Treatment Of Women In The Iliad And The Odyssey

822 Words4 Pages
A recurring theme in classical literature is the treatment of women. In his epics “The Iliad” and “The Odyssey,” the women were objectified. The women were treated as possessions sexually. The society during this time was mainly patriarchal, meaning that the women in the household were expected to be subject to male authority; if they were not submissive, the women would be portrayed as disrespectful. While the treatment of women nowadays is considerably better than during Homer’s time, there are still some aspects that have stayed the same. Women in the media and today’s culture are sexualized to fit the public’s demand. Gender inequality and stereotyping was an ongoing theme in Homer’s classical epics, but it is still prevalent in today’s culture.
In “The Iliad,” the conflict with women starts out at the opening of the story. Two women are kidnapped and kept as war prizes from their families, one for Agamemnon and the other for Achilleus. Chryses asks for his daughter, Chryseis, to be returned, even offering a large ransom. The men ignore his requests and keep the women, treating the women as prizes or trade items. Agamemnon and Achilleus stubbornly fight over the other’s “prize,” just as children fight over toys.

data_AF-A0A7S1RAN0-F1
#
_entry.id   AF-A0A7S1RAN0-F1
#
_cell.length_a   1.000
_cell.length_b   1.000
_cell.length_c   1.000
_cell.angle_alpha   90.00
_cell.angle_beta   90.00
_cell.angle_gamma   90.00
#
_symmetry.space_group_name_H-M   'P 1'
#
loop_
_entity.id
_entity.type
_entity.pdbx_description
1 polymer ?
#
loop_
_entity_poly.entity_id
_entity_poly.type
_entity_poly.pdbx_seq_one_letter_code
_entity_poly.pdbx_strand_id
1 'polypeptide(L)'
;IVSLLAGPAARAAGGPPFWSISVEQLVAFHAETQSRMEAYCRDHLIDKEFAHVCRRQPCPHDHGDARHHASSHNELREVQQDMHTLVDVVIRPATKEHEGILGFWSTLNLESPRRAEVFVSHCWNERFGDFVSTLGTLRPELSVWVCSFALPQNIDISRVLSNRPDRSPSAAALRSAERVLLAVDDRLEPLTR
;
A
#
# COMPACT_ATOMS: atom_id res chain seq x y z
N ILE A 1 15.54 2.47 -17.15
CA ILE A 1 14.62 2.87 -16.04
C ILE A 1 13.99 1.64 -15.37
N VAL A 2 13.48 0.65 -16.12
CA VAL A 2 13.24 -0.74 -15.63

In “The Odyssey,” a double standard between men
…show more content…
However, many feminists fight for full equality. Gender equality is so much a human rights issue as it is a women’s issue. While it is now normal for women to have jobs outside of a housewife, females still fight to succeed in the male-dominated society. Recent presidential elections have included women candidates. This would have been unheard of before the ratification of the Nineteenth Amendment to the Constitution in 1920, which gave women the right to vote. While this is a step forward for women in the United States, there are still women in third world countries that do not have these human
Open Document